Findings from 2008 to 2016 in both rural and nonrural practices
FRIDAY, June 22, 2018 (HealthDay News) — Nurse practitioners (NPs) are a growing segment of the primary care workforce, according to a study published in the June issue of Health Affairs.
Hilary Barnes, Ph.D., from the University of Delaware in Newark, and colleagues assessed trends in NP presence in primary care practices and how state policies such as scope-of-practice laws and expansion of eligibility for Medicaid may encourage or inhibit the use of NPs.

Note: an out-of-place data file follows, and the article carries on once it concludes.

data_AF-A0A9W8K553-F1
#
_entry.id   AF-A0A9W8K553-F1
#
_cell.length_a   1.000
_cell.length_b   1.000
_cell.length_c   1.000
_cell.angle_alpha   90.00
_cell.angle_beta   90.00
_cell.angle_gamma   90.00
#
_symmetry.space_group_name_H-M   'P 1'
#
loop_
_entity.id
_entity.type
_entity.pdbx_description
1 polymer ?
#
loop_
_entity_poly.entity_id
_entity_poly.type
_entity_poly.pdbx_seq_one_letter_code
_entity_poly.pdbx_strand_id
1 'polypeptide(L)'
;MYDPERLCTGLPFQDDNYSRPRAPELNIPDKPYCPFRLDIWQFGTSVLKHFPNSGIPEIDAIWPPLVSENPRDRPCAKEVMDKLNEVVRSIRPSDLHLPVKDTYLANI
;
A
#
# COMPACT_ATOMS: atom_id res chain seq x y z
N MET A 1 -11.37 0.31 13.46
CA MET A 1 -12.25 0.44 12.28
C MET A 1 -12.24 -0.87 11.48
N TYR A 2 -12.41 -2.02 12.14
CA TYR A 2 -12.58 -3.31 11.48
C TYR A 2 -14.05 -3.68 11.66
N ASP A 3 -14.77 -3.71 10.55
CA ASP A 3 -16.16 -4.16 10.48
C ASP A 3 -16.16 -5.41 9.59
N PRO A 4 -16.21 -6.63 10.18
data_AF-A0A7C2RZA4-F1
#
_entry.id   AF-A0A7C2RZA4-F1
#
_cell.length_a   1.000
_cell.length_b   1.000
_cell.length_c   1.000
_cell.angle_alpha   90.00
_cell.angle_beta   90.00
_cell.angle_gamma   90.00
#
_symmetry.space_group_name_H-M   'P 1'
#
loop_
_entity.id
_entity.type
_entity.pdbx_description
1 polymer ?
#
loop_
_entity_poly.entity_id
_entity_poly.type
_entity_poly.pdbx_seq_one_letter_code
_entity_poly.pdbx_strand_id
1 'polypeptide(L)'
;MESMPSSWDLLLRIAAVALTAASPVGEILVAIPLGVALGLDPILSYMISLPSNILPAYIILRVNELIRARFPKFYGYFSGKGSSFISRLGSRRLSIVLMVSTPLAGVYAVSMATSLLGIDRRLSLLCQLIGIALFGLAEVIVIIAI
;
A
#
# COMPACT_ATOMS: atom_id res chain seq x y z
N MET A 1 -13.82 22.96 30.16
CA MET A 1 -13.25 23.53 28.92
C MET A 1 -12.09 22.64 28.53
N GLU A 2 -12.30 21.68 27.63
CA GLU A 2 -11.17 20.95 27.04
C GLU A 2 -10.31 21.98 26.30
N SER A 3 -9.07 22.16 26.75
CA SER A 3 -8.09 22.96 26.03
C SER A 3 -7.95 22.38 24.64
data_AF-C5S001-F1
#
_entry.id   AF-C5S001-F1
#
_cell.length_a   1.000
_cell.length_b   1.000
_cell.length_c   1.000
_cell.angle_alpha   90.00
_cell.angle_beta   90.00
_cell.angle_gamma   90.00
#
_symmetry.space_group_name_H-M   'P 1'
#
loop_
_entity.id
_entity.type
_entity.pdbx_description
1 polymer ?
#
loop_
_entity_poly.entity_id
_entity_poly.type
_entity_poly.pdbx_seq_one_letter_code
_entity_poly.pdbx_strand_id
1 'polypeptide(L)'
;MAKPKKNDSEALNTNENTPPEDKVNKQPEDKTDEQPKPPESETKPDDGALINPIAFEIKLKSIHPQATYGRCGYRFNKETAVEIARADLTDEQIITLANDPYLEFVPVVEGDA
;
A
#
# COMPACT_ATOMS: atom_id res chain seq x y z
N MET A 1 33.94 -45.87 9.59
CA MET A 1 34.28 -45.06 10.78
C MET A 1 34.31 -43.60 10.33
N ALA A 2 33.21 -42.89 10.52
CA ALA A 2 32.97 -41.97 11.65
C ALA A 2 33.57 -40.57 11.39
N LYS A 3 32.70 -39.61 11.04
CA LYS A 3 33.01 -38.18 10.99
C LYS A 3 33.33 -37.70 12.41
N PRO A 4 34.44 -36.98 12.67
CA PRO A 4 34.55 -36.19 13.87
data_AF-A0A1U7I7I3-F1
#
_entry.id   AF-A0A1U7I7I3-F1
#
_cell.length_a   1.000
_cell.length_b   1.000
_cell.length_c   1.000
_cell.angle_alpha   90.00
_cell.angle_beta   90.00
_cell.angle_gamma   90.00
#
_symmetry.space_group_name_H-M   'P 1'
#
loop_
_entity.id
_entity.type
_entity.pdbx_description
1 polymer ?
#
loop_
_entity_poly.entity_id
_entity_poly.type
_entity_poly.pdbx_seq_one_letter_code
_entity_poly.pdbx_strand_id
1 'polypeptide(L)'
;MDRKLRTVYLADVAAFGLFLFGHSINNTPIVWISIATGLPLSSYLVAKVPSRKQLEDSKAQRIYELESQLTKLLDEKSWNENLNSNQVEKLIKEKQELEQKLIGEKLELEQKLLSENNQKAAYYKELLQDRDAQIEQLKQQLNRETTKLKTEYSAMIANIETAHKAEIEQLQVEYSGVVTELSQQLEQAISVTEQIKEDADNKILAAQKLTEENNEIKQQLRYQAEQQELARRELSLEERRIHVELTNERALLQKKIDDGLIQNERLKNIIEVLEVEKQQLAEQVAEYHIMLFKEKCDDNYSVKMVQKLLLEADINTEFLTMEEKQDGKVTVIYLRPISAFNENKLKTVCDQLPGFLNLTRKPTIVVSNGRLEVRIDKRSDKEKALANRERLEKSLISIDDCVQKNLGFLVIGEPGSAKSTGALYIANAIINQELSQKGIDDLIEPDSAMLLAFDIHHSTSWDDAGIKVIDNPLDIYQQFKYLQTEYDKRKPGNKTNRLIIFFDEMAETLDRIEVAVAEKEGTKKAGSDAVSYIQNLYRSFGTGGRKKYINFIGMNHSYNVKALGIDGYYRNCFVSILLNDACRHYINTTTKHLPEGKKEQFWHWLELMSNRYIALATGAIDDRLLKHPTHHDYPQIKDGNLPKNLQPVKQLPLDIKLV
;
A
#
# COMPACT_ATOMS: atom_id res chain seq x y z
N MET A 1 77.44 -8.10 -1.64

The researchers found an increasing NP presence in both rural and non-rural primary care practices from 2008 to 2016. By 2016, NPs comprised 25.2 percent of providers in rural practices and 23.0 percent in non-rural practices versus 17.6 and 15.9 percent, respectively, in 2008. The highest NP presence was seen in states with full scope-of-practice laws. Yet, the fastest growth occurred in states with reduced and restricted scopes of practice. Greater NP presence was not tied to state Medicaid expansion status.
“Overall, primary care practices are embracing interdisciplinary provider configurations, and including NPs as providers can strengthen health care delivery,” the authors write.
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